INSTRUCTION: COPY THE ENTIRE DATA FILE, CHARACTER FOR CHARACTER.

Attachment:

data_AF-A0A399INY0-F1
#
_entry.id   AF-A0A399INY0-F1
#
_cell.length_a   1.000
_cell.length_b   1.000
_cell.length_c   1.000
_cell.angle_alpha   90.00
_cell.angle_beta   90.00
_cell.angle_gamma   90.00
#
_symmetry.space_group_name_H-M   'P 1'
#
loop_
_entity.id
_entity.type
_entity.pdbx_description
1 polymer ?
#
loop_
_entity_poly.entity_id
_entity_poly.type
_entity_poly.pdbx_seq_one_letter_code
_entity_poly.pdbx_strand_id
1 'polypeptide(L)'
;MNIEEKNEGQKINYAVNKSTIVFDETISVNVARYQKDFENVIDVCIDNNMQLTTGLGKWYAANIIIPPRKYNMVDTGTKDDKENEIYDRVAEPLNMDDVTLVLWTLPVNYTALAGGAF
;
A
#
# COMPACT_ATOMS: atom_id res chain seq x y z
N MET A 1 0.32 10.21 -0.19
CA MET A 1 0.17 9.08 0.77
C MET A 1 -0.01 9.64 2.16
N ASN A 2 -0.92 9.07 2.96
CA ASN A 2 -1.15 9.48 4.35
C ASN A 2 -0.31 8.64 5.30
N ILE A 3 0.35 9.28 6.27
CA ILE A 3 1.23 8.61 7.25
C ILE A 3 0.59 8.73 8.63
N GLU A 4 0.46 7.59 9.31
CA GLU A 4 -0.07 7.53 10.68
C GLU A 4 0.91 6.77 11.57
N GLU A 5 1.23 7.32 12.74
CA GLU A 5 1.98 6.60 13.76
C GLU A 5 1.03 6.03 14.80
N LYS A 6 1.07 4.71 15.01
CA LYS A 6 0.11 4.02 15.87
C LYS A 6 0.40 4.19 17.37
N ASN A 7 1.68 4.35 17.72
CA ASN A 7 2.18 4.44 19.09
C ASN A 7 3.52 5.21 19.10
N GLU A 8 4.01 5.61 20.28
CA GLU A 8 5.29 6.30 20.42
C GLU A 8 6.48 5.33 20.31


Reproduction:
data_AF-A0A399INY0-F1
#
_entry.id   AF-A0A399INY0-F1
#
_cell.length_a   1.000
_cell.length_b   1.000
_cell.length_c   1.000
_cell.angle_alpha   90.00
_cell.angle_beta   90.00
_cell.angle_gamma   90.00
#
_symmetry.space_group_name_H-M   'P 1'
#
loop_
_entity.id
_entity.type
_entity.pdbx_description
1 polymer ?
#
loop_
_entity_poly.entity_id
_entity_poly.type
_entity_poly.pdbx_seq_one_letter_code
_entity_poly.pdbx_strand_id
1 'polypeptide(L)'
;MNIEEKNEGQKINYAVNKSTIVFDETISVNVARYQKDFENVIDVCIDNNMQLTTGLGKWYAANIIIPPRKYNMVDTGTKDDKENEIYDRVAEPLNMDDVTLVLWTLPVNYTALAGGAF
;
A
#
# COMPACT_ATOMS: atom_id res chain seq x y z
N MET A 1 0.32 10.21 -0.19
CA MET A 1 0.17 9.08 0.77
C MET A 1 -0.01 9.64 2.16
N ASN A 2 -0.92 9.07 2.96
CA ASN A 2 -1.15 9.48 4.35
C ASN A 2 -0.31 8.64 5.30
N ILE A 3 0.35 9.28 6.27
CA ILE A 3 1.23 8.61 7.25
C ILE A 3 0.59 8.73 8.63
N GLU A 4 0.46 7.59 9.31
CA GLU A 4 -0.07 7.53 10.68
C GLU A 4 0.91 6.77 11.57
N GLU A 5 1.23 7.32 12.74
CA GLU A 5 1.98 6.60 13.76
C GLU A 5 1.03 6.03 14.80
N LYS A 6 1.07 4.71 15.01
CA LYS A 6 0.11 4.02 15.87
C LYS A 6 0.40 4.19 17.37
N ASN A 7 1.68 4.35 17.72
CA ASN A 7 2.18 4.44 19.09
C ASN A 7 3.52 5.21 19.10
N GLU A 8 4.01 5.61 20.28
CA GLU A 8 5.29 6.30 20.42
C GLU A 8 6.48 5.33 20.31